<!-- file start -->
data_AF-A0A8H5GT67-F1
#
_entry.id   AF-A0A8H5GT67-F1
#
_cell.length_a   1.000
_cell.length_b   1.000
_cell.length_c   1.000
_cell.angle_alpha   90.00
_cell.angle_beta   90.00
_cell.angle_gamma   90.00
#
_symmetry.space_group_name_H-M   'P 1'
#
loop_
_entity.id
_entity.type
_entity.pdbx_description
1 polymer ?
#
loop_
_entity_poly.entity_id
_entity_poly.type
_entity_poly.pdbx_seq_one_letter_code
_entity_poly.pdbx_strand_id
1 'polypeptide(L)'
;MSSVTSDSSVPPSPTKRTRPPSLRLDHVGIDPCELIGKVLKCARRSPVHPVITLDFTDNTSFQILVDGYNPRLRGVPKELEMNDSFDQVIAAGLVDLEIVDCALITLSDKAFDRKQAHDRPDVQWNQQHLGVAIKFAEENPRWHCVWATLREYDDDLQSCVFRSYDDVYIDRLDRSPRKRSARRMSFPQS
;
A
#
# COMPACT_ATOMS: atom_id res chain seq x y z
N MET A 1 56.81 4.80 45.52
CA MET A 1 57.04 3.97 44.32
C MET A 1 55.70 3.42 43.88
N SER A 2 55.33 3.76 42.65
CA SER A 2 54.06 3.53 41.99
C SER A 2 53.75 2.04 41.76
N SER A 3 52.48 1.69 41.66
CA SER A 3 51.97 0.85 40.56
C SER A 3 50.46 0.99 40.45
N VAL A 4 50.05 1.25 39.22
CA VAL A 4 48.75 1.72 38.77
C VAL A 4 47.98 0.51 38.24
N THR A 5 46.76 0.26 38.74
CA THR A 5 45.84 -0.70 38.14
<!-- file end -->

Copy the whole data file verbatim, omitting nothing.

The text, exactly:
data_AF-A0A8H5GT67-F1
#
_entry.id   AF-A0A8H5GT67-F1
#
_cell.length_a   1.000
_cell.length_b   1.000
_cell.length_c   1.000
_cell.angle_alpha   90.00
_cell.angle_beta   90.00
_cell.angle_gamma   90.00
#
_symmetry.space_group_name_H-M   'P 1'
#
loop_
_entity.id
_entity.type
_entity.pdbx_description
1 polymer ?
#
loop_
_entity_poly.entity_id
_entity_poly.type
_entity_poly.pdbx_seq_one_letter_code
_entity_poly.pdbx_strand_id
1 'polypeptide(L)'
;MSSVTSDSSVPPSPTKRTRPPSLRLDHVGIDPCELIGKVLKCARRSPVHPVITLDFTDNTSFQILVDGYNPRLRGVPKELEMNDSFDQVIAAGLVDLEIVDCALITLSDKAFDRKQAHDRPDVQWNQQHLGVAIKFAEENPRWHCVWATLREYDDDLQSCVFRSYDDVYIDRLDRSPRKRSARRMSFPQS
;
A
#
# COMPACT_ATOMS: atom_id res chain seq x y z
N MET A 1 56.81 4.80 45.52
CA MET A 1 57.04 3.97 44.32
C MET A 1 55.70 3.42 43.88
N SER A 2 55.33 3.76 42.65
CA SER A 2 54.06 3.53 41.99
C SER A 2 53.75 2.04 41.76
N SER A 3 52.48 1.69 41.66
CA SER A 3 51.97 0.85 40.56
C SER A 3 50.46 0.99 40.45
N VAL A 4 50.05 1.25 39.22
CA VAL A 4 48.75 1.72 38.77
C VAL A 4 47.98 0.51 38.24
N THR A 5 46.76 0.26 38.74
CA THR A 5 45.84 -0.70 38.14